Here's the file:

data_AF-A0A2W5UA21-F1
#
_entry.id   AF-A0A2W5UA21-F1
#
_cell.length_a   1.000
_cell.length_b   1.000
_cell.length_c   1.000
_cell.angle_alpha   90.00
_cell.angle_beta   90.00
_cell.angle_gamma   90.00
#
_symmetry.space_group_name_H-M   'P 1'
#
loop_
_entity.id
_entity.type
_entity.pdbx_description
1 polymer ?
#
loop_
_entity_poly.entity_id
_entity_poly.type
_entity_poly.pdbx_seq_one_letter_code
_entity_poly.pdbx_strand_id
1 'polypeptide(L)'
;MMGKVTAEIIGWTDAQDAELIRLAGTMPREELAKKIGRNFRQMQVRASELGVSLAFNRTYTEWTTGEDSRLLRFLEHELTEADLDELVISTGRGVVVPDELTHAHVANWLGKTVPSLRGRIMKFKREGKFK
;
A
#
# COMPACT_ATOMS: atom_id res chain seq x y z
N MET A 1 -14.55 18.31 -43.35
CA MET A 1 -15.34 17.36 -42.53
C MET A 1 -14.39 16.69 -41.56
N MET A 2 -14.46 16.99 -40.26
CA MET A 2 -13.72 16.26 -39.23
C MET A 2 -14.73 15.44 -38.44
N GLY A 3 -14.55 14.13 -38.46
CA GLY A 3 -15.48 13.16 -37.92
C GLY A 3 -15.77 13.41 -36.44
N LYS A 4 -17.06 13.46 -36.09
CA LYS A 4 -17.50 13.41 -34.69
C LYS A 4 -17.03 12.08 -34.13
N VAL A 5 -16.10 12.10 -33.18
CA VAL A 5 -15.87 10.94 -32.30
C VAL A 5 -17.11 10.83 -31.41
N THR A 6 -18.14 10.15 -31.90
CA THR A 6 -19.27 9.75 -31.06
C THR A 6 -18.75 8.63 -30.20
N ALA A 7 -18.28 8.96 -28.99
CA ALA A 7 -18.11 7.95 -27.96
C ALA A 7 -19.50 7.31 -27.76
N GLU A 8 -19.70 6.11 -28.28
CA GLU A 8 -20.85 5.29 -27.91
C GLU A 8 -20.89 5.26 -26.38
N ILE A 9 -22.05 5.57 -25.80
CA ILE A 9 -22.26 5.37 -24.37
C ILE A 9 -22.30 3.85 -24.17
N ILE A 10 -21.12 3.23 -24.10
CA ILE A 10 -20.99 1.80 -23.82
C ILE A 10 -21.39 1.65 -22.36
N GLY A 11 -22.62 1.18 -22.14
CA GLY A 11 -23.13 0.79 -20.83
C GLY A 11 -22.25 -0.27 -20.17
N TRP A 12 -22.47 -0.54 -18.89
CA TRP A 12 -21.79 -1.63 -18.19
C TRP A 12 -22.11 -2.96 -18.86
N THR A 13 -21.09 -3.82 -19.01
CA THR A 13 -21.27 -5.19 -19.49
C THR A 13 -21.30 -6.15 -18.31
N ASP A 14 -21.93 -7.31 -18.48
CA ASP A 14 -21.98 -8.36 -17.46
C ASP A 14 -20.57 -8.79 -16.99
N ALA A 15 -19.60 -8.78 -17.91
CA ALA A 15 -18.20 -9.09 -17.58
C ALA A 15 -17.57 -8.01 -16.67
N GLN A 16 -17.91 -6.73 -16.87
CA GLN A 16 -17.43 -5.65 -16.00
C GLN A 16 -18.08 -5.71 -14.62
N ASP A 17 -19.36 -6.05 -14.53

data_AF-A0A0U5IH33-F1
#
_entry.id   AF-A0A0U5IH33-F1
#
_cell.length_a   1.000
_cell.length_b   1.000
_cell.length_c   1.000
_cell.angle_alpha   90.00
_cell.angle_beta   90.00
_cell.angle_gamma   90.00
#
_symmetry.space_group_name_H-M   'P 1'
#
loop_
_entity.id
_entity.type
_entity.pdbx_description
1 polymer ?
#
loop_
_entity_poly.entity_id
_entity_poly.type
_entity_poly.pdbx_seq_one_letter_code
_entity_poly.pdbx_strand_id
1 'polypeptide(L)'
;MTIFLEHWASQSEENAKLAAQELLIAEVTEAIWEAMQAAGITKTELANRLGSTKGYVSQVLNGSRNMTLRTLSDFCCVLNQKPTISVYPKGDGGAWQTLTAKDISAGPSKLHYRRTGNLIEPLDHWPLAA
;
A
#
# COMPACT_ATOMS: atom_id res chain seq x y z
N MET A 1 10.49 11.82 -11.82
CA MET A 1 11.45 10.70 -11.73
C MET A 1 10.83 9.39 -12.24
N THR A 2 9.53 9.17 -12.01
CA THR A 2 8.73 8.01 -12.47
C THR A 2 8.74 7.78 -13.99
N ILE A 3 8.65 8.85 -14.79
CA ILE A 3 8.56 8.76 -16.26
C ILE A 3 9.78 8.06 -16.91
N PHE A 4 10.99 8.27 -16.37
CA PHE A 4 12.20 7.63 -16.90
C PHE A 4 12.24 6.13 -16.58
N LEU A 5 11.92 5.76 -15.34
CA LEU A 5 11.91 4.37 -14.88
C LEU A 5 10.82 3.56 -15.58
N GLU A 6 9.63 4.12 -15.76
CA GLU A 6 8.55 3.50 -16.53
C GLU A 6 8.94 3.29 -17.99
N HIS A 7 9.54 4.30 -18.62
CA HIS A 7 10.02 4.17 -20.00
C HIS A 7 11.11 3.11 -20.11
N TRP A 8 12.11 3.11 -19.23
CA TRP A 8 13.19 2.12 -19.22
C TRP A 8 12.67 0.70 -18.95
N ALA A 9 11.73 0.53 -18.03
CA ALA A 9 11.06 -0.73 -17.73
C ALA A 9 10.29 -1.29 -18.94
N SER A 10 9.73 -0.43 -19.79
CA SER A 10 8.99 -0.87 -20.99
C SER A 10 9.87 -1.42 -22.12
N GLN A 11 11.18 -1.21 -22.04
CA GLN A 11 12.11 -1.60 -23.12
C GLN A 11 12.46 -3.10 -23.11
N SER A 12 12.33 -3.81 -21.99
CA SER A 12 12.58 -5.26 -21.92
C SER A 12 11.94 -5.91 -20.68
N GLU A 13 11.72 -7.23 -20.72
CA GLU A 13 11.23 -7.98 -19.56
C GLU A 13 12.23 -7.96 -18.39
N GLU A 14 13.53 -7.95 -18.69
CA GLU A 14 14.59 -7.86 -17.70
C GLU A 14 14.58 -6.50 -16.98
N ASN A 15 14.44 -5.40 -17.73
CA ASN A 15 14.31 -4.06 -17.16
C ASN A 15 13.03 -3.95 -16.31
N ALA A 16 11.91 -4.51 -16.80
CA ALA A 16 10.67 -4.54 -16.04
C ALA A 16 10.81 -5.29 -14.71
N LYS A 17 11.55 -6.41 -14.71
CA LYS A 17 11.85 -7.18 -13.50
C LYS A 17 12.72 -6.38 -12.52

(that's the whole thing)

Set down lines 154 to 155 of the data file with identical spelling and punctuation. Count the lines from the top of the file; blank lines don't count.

C ASN A 15 13.03 -3.95 -16.31
N ALA A 16 11.91 -4.51 -16.80